Lift Up Holy Hands and Praise the Lord
Lift up holy hands in prayer,
and praise the LORD.
When I was a boy, verses like Psalm 134 worried me. Scripture seemed to be clearly calling me and my fellow believers to lift our hands in prayer, but we Presbyterians didn’t do it. That was for “other people,” especially those of the Pentecostal variety who made us Presbyterians very nervous. We tended to view raising your hands in worship as an inappropriate display of emotion. Never mind the fact that Scripture, in both Old and New Testaments, calls us to lift our hands in prayer (see 1 Tim. 2:8, for example). For some reason I couldn’t understand, those passages didn’t apply to us. But, as an introverted and nondemonstrative sort of person, I was glad I didn’t have to raise my hands in church. I may have worried about it, but I certainly didn’t want to do it.
Fast-forward 40 years. Today, it’s not uncommon for worshipers in all sorts of churches to lift their hands in worship. This gesture is not just for the Pentecostals and Charismatics anymore. It has become increasingly common among Presbyterians, Baptists, Methodists, Episcopalians, Independents, Catholics, and, well, you name it. This is especially true for folks under 30, for whom raising hands in worship seems to be almost commonplace. Although I still lean in the direction of nondemonstrative worship, I’m glad God’s people have discovered greater freedom to worship with all of their heart, soul, mind, and strength. I’m even more pleased that we feel the freedom to do that which Scripture commends in our prayer and worship.
But I’m also happy that some of the “super-spiritual” pressure associated with things like raising hands in worship seems to have dissipated. For a while, as Christians in my tradition were resisting hand raising, others were insisting that such actions were necessary expressions of deep spirituality. Thus, the traditionalists were judging the hand-raisers and vice versa. Such disputes did not deepen the worship of God’s people. Rather, arguments about things like hand raising tended to create resentment and division. More worrisome, they took our focus off the Lord and put it on ourselves. Nothing gets in the way of genuine worship more than undue self-absorption.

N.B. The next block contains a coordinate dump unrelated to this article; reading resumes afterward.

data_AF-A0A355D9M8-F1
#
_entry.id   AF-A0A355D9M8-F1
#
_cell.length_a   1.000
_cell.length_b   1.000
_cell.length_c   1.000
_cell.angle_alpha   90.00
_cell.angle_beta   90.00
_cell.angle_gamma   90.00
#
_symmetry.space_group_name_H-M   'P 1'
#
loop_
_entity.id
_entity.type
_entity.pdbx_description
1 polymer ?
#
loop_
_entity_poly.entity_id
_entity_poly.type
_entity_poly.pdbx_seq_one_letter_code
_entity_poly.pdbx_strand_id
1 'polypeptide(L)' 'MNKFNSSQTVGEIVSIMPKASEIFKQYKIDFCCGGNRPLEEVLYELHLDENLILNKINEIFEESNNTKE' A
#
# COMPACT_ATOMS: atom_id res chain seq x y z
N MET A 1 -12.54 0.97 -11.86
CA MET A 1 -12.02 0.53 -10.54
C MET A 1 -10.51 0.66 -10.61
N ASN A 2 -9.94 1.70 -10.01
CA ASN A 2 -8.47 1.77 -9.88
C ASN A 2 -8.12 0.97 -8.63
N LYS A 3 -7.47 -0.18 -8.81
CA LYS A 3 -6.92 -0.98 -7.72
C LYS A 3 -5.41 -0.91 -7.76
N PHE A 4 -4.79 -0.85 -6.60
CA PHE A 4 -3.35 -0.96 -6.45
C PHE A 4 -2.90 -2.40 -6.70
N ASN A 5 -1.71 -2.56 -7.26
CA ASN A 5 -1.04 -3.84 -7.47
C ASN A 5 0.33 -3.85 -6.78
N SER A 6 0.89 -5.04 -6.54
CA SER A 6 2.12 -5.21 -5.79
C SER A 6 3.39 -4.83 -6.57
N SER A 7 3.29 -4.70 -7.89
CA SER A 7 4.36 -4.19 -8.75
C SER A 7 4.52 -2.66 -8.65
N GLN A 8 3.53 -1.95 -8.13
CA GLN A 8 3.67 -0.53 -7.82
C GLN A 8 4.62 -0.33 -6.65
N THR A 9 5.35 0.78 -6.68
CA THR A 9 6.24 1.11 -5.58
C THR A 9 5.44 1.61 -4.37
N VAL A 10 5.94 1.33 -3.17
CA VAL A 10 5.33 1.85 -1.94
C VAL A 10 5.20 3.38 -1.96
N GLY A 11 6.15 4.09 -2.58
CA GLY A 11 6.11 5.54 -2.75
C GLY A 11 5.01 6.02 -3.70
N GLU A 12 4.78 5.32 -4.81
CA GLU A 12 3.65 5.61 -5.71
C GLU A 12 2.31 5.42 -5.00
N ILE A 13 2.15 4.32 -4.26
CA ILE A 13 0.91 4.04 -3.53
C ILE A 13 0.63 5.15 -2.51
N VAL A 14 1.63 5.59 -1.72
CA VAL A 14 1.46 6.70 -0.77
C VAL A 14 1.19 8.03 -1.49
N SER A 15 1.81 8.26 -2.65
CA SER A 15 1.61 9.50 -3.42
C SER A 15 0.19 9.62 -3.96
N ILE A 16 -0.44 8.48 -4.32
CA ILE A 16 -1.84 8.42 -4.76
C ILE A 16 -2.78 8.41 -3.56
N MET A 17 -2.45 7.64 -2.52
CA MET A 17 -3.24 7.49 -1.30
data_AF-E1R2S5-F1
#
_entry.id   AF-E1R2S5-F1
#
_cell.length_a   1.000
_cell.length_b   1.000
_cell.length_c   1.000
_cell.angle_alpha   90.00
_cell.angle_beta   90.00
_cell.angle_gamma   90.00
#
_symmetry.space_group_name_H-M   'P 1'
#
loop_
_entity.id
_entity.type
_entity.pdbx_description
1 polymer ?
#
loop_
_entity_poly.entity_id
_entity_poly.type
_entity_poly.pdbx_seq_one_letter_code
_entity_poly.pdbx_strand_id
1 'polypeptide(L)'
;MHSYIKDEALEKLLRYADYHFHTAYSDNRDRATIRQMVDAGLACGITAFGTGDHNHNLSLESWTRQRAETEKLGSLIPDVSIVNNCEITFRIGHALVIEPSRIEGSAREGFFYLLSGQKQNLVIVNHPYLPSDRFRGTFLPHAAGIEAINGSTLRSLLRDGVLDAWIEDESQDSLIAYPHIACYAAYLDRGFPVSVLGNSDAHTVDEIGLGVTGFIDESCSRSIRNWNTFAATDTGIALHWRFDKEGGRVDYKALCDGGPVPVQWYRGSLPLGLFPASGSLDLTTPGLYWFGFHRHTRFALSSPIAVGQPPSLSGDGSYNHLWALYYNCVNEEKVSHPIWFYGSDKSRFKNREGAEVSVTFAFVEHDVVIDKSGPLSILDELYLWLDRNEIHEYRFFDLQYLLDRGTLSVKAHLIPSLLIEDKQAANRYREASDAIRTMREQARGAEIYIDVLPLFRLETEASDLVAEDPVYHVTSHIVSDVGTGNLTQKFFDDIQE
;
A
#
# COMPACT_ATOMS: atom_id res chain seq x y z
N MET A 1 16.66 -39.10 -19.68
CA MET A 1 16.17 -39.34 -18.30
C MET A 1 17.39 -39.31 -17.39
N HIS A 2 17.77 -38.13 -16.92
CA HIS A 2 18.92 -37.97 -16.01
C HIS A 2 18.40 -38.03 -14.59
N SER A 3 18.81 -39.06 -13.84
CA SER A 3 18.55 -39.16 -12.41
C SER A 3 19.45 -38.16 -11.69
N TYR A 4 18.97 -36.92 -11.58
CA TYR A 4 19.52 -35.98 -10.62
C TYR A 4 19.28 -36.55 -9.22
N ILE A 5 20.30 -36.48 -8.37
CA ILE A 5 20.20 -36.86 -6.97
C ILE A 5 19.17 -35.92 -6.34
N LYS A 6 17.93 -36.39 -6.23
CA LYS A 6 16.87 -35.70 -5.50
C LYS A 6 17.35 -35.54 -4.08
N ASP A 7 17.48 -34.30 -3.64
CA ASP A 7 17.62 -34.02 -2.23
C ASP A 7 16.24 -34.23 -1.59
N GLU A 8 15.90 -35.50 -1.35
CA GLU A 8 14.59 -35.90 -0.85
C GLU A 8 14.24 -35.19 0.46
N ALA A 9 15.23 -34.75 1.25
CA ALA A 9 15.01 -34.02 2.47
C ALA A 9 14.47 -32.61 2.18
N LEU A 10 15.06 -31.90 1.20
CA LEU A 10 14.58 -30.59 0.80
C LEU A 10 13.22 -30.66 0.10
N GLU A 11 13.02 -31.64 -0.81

In my job with Foundations for Laity Renewal, I worship in a variety of churches and other contexts. It appears that, for the most part, Christians today feel freedom to lift their hands or not. This, it seems to me, is mostly indicative of health in the body of Christ. But it does leave unanswered the questions I asked as a boy: If the Bible tells us to lift our hands in prayer, shouldn’t we do it today? Is it really okay for us not to do what the Bible teaches?
QUESTIONS FOR FURTHER REFLECTION: What have been your experiences and impressions of hand raising in worship? Is this something you feel comfortable doing? Why or why not?
PRAYER: Gracious God, it’s amazing and distressing to think of how easily we can lose touch of what really matters. When it comes to worship, what really matters is you, your glory, your praise, your holiness, your love. We are called to worship you with all that we are, to love you with heart, soul, mind, and strength. But when we get wrapped up in ourselves and our actions, we can become distracted from you and the worship you deserve. Forgive us, Lord.
Help me, O God, to praise you with my lips, with my body, with all that I am and all that I do. May I offer my whole self to you as a living sacrifice.
All praise be to you, glorious and gracious God! Amen.
Here’s how . . . .
This devotional comes from The High Calling: Everyday Conversations about Work, Life, and God (www.thehighcalling.org). You can read my Daily Reflections there, or sign up to have them sent to your email inbox each day. This website contains lots of encouragement for people who are trying to live out their faith in the workplace. The High Calling is associated with Laity Lodge, where I work.